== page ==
Here at the Pforzheimer Collection, our big acquisition of the year is a black tulip, one of the rarest items in the Shelleyan world: Original Poetry by Victor and Cazire, 1810, Shelley’s first book of verse. Lost to the public eye shortly after its publication and believed, till 1898, to have vanished altogether, only three other copies are known; one of them is imperfect. Even the Bodleian Library, holder of the best Shelley collection in the world, does not own it.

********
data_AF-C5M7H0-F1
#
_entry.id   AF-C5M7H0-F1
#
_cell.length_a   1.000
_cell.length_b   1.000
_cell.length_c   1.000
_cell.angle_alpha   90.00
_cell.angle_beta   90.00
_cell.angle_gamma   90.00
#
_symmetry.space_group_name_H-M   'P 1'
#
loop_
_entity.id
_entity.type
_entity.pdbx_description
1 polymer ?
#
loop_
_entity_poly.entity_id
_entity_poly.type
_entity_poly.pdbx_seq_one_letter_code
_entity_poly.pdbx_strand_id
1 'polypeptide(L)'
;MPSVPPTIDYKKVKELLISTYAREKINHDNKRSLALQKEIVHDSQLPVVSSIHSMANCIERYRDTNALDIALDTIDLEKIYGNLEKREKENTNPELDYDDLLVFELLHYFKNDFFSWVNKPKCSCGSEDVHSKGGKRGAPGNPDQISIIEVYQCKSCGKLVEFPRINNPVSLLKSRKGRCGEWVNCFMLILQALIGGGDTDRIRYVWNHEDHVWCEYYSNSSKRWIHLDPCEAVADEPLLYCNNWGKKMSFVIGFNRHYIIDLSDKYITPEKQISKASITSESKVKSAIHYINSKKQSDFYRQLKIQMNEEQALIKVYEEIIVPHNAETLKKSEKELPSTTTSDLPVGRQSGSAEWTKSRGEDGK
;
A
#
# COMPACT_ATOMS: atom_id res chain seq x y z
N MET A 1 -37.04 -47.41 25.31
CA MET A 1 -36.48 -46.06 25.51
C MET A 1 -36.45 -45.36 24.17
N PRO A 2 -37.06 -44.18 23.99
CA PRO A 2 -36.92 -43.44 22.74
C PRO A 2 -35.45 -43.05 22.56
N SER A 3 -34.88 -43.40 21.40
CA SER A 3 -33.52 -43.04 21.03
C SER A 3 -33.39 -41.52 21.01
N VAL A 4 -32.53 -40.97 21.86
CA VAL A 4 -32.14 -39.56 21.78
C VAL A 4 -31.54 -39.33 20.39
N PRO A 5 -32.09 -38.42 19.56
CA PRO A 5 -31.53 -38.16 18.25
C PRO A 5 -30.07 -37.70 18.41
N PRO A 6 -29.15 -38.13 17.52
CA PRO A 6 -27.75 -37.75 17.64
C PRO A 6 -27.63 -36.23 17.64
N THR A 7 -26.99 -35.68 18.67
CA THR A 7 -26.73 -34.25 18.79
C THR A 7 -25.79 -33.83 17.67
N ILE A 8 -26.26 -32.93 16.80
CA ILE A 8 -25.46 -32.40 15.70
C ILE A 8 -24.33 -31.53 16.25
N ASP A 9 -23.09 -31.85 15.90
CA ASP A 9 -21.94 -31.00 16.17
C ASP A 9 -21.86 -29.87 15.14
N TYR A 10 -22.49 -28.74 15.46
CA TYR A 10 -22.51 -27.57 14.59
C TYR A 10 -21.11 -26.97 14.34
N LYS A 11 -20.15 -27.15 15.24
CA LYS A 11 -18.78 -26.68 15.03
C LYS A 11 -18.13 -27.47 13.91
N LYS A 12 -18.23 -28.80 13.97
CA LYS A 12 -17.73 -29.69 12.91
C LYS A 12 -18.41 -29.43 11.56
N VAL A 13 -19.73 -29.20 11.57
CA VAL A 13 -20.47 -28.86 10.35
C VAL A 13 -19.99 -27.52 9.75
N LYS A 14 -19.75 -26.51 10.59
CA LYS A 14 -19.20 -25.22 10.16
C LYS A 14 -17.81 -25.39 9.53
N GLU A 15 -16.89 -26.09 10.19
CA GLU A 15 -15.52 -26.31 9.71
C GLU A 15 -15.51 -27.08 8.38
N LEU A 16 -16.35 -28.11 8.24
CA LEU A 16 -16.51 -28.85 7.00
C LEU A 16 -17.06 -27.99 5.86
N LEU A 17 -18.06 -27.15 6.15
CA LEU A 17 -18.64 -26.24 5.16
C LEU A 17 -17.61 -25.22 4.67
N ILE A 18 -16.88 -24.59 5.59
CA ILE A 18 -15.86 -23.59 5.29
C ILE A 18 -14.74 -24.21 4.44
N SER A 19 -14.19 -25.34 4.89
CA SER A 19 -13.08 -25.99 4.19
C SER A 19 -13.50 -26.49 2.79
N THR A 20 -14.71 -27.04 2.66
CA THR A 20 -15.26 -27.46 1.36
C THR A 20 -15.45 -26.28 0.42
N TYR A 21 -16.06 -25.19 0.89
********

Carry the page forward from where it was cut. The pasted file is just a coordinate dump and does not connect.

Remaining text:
Victor and Cazire is the product of Shelley’s early and powerful urge to publish, to make an author of himself. It’s also evidence of his inclination to literary collaboration; he was "Victor" and his sister Elizabeth (1794-1831) "Cazire," a name taken from Charlotte Dacre’s 1805 novel, Confessions of the Nun of St. Omer.